Solar Weather Action Center

Solar Weather Action Center

Monitor the progress of an entire solar storm.

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NES Project

Boy in a spacesuit

Learn more about the NASA Explorer School project!

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NASA DLN

A woman and an astronaut sitting at a desk with a television screen in the background on which students appear and are waving at the viewers

Learn more about opportunities available through the NASA Digital Learning Network.

›  DLN Website

Living and Working in Space: Habitat

    What kinds of habitats can be designed to support extended human activity in space or on the moon or Mars?

    People have basic needs for food, water, air and shelter. Ecosystems within Earth's biosphere provide for these needs. Since humans have begun to explore space and develop plans to explore other planets, NASA has been developing ways to support astronauts who will spend longer and longer periods of time away from Earth. The International Space Station, space shuttles and spacesuits are habitats designed to meet basic human needs. NASA is developing and testing systems to address the requirements of people living in space, on the moon or on Mars.

    The Living and Working in Space: Habitat module is a problem-based learning activity. The problem requires students to propose and defend a design for a research habitat for six explorers on the moon or Mars. To prepare for this final problem, students explore ecosystems, human nutrition and fitness, recycling of air and water, and waste removal. Curriculum goals are met using the exciting context of human space exploration. Students extend their understanding of basic concepts by learning about the space station and space shuttles as habitats. Their design and explanation of the design for the research habitat may be used to evaluate their understanding.

    Living and Working in Space: Habitat is divided into an introduction and engagement activity, and four content areas. The engagement activity is called "The Sealed Room" and introduces the problem students will solve. The content areas are Life in a Sealed Container, Healthy Choices, Air and Water, and Trash or Treasure. A teacher's guide and final assessment rubric are available.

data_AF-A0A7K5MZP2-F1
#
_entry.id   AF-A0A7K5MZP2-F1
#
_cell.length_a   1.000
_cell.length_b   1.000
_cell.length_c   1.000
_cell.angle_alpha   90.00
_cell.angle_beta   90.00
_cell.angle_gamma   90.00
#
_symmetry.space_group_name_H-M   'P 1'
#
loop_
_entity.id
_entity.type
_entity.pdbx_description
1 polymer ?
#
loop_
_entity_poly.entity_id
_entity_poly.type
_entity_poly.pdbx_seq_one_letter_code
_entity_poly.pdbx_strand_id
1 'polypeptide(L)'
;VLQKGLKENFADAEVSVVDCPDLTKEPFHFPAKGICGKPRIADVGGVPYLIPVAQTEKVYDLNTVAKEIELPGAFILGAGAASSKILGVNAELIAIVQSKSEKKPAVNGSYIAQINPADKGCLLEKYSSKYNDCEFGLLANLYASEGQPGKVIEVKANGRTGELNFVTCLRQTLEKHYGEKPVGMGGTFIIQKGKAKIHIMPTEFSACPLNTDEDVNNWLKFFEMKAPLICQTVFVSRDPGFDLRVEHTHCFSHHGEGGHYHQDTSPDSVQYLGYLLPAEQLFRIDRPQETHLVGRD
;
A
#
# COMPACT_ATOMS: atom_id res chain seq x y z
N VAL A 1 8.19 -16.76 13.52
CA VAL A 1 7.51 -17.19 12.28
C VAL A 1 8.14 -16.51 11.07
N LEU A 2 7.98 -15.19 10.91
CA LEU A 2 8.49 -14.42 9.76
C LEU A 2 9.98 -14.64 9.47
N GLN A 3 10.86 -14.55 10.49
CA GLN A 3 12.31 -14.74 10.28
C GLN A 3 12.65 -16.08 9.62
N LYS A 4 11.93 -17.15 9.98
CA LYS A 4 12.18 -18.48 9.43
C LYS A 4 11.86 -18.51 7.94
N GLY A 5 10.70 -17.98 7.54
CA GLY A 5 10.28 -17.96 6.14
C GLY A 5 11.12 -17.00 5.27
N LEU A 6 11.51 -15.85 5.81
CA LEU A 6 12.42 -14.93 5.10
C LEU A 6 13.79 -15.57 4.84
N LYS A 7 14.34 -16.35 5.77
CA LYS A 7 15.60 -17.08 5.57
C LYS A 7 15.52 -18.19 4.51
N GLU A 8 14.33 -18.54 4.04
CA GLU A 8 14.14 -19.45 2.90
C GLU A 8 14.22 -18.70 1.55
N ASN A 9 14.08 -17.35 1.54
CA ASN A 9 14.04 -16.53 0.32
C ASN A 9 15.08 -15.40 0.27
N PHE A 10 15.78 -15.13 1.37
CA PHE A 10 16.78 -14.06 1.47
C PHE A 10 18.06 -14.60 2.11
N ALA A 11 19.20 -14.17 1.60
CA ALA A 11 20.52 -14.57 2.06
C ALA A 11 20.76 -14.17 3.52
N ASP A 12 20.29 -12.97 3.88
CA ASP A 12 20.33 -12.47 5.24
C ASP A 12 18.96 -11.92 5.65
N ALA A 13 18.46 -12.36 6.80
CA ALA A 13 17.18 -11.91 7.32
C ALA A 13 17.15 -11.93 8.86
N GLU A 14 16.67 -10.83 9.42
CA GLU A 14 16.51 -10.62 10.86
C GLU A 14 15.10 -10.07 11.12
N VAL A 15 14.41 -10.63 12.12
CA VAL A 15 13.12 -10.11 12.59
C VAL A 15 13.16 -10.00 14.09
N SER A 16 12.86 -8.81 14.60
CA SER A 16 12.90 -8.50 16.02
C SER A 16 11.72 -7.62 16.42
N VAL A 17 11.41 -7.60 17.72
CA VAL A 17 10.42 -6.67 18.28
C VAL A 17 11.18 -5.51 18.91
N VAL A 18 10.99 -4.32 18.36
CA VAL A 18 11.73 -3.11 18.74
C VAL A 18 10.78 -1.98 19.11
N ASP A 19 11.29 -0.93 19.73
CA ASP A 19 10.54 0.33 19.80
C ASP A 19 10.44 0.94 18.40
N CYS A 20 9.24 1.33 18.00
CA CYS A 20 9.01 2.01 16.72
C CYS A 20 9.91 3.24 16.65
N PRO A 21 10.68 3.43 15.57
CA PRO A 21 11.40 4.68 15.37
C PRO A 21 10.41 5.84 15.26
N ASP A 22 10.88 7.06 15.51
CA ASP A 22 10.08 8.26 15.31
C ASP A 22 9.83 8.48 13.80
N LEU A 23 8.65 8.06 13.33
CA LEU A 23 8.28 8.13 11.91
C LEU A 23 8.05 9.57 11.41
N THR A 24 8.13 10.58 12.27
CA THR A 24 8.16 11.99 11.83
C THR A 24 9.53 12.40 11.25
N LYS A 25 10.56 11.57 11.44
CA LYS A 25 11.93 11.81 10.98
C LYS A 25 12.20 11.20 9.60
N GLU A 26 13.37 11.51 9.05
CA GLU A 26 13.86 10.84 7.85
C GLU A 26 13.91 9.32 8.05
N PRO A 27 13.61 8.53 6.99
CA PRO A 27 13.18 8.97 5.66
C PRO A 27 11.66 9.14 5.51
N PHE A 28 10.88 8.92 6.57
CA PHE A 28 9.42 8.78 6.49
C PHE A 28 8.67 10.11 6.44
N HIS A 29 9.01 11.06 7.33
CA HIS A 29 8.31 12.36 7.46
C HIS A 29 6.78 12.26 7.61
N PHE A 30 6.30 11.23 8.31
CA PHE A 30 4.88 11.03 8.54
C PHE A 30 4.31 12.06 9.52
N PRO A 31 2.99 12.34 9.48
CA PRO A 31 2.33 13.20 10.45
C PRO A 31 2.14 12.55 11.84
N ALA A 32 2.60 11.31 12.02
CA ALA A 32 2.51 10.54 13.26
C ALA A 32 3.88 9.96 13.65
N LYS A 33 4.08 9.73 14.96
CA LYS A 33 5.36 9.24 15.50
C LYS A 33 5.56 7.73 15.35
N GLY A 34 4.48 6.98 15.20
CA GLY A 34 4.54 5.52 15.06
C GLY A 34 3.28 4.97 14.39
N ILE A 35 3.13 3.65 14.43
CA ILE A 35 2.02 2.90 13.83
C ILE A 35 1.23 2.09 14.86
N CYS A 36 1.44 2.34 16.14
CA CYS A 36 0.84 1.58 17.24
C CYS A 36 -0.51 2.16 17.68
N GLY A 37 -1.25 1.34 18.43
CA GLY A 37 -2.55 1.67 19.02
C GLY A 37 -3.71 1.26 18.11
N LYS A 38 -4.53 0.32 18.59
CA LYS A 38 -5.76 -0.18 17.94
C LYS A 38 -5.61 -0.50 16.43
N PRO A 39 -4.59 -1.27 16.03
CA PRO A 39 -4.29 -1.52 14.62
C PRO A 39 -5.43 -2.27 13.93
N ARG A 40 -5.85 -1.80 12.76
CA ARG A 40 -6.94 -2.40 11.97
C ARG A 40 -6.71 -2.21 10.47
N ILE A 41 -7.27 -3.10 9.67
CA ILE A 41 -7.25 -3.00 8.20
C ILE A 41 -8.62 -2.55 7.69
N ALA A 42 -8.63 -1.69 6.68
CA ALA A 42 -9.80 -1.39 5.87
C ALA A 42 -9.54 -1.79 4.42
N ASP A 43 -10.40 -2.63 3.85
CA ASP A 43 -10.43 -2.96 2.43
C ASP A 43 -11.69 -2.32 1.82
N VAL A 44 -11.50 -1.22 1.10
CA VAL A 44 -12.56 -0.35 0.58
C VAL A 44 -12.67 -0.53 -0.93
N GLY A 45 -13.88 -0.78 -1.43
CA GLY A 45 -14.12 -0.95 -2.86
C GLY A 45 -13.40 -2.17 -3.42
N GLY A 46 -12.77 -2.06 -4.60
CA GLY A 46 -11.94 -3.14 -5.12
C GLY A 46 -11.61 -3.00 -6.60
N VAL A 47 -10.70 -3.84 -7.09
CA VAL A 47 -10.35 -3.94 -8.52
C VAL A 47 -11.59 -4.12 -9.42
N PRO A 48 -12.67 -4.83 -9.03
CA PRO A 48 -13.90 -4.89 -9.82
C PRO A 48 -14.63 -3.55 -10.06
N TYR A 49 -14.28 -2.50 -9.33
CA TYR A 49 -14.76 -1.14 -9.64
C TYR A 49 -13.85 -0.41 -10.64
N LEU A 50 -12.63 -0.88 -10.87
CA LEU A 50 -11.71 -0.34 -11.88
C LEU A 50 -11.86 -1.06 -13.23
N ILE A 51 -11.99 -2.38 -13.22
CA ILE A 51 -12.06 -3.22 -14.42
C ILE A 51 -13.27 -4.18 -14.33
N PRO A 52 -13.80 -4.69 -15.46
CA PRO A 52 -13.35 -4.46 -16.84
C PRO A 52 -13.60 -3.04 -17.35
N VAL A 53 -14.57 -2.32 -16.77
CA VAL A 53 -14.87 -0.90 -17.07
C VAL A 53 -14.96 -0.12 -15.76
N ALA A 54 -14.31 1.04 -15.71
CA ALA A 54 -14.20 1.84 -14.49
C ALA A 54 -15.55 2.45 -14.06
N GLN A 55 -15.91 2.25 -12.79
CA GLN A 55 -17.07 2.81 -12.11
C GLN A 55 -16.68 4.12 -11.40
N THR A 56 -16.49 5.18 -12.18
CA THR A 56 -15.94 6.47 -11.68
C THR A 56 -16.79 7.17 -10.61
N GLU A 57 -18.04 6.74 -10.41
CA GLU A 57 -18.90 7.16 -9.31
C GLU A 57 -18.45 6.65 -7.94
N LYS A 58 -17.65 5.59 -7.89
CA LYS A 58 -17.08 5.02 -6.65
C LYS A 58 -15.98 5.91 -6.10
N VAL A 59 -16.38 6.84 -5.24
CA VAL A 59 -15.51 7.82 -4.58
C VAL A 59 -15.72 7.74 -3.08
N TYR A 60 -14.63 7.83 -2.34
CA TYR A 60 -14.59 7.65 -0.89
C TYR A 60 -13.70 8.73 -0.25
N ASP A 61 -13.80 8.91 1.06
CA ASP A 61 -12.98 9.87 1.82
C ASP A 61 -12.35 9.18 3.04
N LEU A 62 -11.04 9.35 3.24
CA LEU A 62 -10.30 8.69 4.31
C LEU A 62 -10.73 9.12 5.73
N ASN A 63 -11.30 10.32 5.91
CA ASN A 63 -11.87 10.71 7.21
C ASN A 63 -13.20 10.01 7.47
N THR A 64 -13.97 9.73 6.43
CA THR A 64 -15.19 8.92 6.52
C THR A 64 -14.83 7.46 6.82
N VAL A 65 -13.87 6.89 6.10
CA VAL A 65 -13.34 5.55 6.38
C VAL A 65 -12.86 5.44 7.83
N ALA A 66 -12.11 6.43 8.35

Download Teacher's Guide (PDF)
    Download Assessment Rubric: Final Project (PDF)
    Download Sample Assessment Rubric : Final Project (PDF)

    The Sealed Room
    This introduction and engagement activity are essential components. They set the stage for subsequent investigations and identify knowledge gaps and misconceptions. They should be done with students even if one or more of the four content areas are omitted.
    Download Student Assignment (PDF)

Related Resources

Content Modules

  • Drawing of two greenhouses filled with plants

    Life in a Sealed Container

    Students learn about ecosystems as they investigate the requirements for plant growth and for successfully maintaining biological systems in sealed containers.

  • Drawing of a man working with plants in an enclosed room.

    Healthy Choices

    Students learn about nutrition and exercise plans that will benefit them and apply that knowledge to the needs of astronauts.

  • H20 appears on top of a background of many other chemical elements

    Air and Water

    Students learn about chemical cycles (carbon dioxide, oxygen, water) in ecosystems and the need for protecting water supplies and clean air.

  • The symbol for recycling appears on a background of space including the Moon and Mars

    Trash or Treasure

    Students learn about recycling matter and explore creative solutions demanded for long-term space exploration.